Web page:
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The policy significance of inequality decompositions

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  • Ravi Kanbur

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Abstract

Economists are now familiar with “between” and “within” group inequality decompositions, for race, gender, spatial units, etc. But what exactly is the normative significance of the empirical results produced by these decompositions? This paper raises some basic questions about policy interpretations of decompositions that are found in the literature.
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Suggested Citation

  • Ravi Kanbur, 2006. "The policy significance of inequality decompositions," The Journal of Economic Inequality, Springer;Society for the Study of Economic Inequality, vol. 4(3), pages 367-374, December.
  • Handle: RePEc:kap:jecinq:v:4:y:2006:i:3:p:367-374
    DOI: 10.1007/s10888-005-9013-5
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    References listed on IDEAS

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    1. Michael Sattinger (ed.), 2001. "Income Distribution," Books, Edward Elgar Publishing, volume 0, number 2018.
    2. Kanbur, Ravi, 2000. "Income distribution and development," Handbook of Income Distribution,in: A.B. Atkinson & F. Bourguignon (ed.), Handbook of Income Distribution, edition 1, volume 1, chapter 13, pages 791-841 Elsevier.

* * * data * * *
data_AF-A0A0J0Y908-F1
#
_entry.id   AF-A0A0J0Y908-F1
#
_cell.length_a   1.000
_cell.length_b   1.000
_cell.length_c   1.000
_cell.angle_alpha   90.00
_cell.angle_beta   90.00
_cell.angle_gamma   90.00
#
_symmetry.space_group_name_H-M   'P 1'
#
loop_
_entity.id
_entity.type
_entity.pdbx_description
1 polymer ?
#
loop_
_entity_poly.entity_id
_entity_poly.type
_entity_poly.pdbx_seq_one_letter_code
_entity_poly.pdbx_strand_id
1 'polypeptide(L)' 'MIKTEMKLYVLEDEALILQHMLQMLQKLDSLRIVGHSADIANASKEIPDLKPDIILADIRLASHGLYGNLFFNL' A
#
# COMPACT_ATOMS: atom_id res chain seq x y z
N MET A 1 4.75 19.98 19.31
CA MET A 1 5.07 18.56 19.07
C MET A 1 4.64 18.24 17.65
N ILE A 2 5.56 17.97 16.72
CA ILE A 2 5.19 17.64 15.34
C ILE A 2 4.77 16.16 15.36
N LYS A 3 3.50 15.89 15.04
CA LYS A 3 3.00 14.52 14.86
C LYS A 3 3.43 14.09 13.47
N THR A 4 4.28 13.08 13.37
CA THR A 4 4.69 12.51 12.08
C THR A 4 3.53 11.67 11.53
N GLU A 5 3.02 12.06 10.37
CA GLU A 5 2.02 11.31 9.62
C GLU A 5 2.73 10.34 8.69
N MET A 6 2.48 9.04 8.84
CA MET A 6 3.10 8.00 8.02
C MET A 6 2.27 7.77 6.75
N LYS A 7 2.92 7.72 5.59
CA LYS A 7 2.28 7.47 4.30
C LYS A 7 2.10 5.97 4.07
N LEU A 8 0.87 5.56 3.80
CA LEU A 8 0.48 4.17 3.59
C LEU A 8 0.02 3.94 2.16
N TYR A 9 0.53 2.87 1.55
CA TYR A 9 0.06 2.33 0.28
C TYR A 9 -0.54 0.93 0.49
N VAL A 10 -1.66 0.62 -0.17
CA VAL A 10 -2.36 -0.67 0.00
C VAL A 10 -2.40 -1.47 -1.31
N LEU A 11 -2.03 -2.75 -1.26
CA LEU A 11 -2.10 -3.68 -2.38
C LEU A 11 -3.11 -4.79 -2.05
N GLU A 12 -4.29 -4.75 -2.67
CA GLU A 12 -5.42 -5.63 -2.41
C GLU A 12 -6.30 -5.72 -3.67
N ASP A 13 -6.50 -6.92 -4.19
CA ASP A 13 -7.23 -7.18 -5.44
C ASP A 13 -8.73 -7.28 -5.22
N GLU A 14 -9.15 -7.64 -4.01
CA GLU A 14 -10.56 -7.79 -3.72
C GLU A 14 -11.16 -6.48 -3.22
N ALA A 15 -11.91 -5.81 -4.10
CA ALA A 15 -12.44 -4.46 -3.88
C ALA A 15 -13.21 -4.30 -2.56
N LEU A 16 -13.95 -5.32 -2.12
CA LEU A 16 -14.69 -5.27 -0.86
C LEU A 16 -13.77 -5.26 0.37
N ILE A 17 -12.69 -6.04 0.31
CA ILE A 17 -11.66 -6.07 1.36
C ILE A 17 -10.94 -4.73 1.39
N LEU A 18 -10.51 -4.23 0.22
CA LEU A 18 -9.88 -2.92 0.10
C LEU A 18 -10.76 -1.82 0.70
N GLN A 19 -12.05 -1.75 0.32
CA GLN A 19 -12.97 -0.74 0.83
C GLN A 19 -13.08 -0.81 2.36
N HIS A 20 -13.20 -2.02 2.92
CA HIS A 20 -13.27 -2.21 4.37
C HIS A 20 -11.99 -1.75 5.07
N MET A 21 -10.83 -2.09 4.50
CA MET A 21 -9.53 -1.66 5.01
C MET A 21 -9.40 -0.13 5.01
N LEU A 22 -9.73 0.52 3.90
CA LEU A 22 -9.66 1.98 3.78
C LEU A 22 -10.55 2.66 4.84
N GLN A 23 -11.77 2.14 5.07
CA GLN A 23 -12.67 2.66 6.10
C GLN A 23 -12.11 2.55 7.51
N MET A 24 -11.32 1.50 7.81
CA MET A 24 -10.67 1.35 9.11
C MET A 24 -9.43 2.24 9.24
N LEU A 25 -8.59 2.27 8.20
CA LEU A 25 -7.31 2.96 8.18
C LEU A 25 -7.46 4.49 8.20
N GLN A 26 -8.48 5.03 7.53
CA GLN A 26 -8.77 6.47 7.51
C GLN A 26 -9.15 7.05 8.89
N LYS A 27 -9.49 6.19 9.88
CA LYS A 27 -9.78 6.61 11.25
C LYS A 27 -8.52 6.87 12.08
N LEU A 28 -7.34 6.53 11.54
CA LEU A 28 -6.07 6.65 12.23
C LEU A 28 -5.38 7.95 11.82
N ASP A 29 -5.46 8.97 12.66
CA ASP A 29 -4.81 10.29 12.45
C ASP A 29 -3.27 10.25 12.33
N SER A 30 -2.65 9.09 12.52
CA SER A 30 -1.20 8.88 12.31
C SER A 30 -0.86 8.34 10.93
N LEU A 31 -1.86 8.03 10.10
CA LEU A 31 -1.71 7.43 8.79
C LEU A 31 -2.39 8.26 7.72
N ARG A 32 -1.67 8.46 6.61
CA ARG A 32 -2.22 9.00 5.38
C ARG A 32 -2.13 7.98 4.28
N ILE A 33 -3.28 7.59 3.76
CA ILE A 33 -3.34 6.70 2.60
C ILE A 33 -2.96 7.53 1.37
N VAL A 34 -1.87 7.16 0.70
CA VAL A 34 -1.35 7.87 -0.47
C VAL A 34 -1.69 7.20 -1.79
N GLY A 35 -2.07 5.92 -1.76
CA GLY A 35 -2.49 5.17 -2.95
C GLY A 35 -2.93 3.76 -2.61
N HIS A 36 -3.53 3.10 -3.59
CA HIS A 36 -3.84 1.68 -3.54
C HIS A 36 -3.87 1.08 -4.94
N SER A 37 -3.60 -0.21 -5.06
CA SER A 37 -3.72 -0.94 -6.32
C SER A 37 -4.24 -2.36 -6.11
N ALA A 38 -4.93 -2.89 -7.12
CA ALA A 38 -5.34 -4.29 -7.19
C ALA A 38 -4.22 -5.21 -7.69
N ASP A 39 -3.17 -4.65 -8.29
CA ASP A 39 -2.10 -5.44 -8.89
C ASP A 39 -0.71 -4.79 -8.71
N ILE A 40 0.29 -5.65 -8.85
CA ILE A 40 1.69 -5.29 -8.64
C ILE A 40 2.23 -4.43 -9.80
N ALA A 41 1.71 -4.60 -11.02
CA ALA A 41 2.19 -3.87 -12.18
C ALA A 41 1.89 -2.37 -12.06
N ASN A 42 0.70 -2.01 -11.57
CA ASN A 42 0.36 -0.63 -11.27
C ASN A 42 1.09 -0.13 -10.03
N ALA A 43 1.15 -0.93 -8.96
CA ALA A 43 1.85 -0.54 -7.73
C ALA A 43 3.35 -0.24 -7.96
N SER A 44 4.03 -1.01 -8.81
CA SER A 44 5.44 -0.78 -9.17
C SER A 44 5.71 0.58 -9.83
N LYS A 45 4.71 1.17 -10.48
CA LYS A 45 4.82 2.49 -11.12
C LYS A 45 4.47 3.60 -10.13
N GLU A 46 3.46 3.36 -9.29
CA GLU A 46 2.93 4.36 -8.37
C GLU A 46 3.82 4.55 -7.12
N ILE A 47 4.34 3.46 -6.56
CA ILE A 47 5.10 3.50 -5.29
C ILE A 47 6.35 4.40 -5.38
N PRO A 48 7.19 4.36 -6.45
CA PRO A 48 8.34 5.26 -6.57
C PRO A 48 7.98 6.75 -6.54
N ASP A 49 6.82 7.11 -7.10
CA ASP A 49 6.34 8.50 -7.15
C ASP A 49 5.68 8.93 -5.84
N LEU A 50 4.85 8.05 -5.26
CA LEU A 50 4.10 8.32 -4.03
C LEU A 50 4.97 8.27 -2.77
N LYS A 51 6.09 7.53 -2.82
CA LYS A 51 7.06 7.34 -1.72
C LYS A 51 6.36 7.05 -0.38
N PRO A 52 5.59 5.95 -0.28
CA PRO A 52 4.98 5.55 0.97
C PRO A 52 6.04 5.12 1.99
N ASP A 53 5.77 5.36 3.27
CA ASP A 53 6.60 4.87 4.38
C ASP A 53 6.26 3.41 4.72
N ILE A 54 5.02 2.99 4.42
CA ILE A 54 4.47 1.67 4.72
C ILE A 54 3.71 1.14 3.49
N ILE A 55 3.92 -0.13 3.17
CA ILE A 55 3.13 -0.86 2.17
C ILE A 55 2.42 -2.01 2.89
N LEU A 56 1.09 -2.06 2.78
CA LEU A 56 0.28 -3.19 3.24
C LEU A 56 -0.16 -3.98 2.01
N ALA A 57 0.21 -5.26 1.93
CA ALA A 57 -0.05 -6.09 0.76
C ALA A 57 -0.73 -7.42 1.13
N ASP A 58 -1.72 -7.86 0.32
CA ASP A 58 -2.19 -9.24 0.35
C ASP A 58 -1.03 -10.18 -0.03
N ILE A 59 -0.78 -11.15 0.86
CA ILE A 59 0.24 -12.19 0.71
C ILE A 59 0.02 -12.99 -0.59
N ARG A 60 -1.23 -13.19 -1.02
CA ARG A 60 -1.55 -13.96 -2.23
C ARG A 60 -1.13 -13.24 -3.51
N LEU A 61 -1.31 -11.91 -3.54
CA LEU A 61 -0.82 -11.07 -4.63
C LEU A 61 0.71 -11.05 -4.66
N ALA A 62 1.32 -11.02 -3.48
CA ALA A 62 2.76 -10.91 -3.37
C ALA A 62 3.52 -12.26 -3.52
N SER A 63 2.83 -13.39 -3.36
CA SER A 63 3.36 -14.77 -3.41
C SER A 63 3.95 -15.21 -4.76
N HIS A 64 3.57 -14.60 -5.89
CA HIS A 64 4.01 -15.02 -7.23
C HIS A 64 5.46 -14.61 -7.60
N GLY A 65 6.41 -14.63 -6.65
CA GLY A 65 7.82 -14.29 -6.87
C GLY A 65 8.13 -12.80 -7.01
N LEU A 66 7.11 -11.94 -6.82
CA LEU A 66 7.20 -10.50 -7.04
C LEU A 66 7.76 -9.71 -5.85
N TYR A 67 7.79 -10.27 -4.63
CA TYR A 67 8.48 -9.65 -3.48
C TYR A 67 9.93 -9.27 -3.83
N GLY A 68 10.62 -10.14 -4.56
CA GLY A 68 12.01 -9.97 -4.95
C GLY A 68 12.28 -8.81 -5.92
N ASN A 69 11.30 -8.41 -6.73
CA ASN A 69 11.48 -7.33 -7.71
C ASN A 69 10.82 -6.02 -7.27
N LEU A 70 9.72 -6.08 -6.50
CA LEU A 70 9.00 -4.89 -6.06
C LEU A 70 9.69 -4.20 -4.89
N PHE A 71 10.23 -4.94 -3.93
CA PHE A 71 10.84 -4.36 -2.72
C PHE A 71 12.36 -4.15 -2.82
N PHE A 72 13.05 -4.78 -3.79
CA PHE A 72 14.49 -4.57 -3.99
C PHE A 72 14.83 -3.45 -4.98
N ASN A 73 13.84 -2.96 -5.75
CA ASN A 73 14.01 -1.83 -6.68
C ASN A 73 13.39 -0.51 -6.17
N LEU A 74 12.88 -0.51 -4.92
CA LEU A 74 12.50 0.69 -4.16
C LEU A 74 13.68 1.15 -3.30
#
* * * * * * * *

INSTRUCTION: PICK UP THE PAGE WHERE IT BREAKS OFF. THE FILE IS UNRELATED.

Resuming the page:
3. Au, Chun-Chung & Henderson, J. Vernon, 2006. "How migration restrictions limit agglomeration and productivity in China," Journal of Development Economics, Elsevier, vol. 80(2), pages 350-388, August.
    4. Masahisa Fujita & Paul Krugman & Anthony J. Venables, 2001. "The Spatial Economy: Cities, Regions, and International Trade," MIT Press Books, The MIT Press, edition 1, volume 1, number 0262561476, January.
    5. George A. Akerlof & Rachel E. Kranton, 2000. "Economics and Identity," The Quarterly Journal of Economics, Oxford University Press, vol. 115(3), pages 715-753.
    6. Sen, Amartya, 1997. "On Economic Inequality," OUP Catalogue, Oxford University Press, number 9780198292975.
    7. Xiaobo Zhang & Kevin Honglin Zhang, 2002. "Regional Inequality," Chapters,in: The Globalization of the Chinese Economy, chapter 8 Edward Elgar Publishing.
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    More about this item

    Keywords

    groups; identity; inequality decomposition; policy; D31; D63;

    JEL classification:

    • D31 - Microeconomics - - Distribution - - - Personal Income and Wealth Distribution
    • D63 - Microeconomics - - Welfare Economics - - - Equity, Justice, Inequality, and Other Normative Criteria and Measurement

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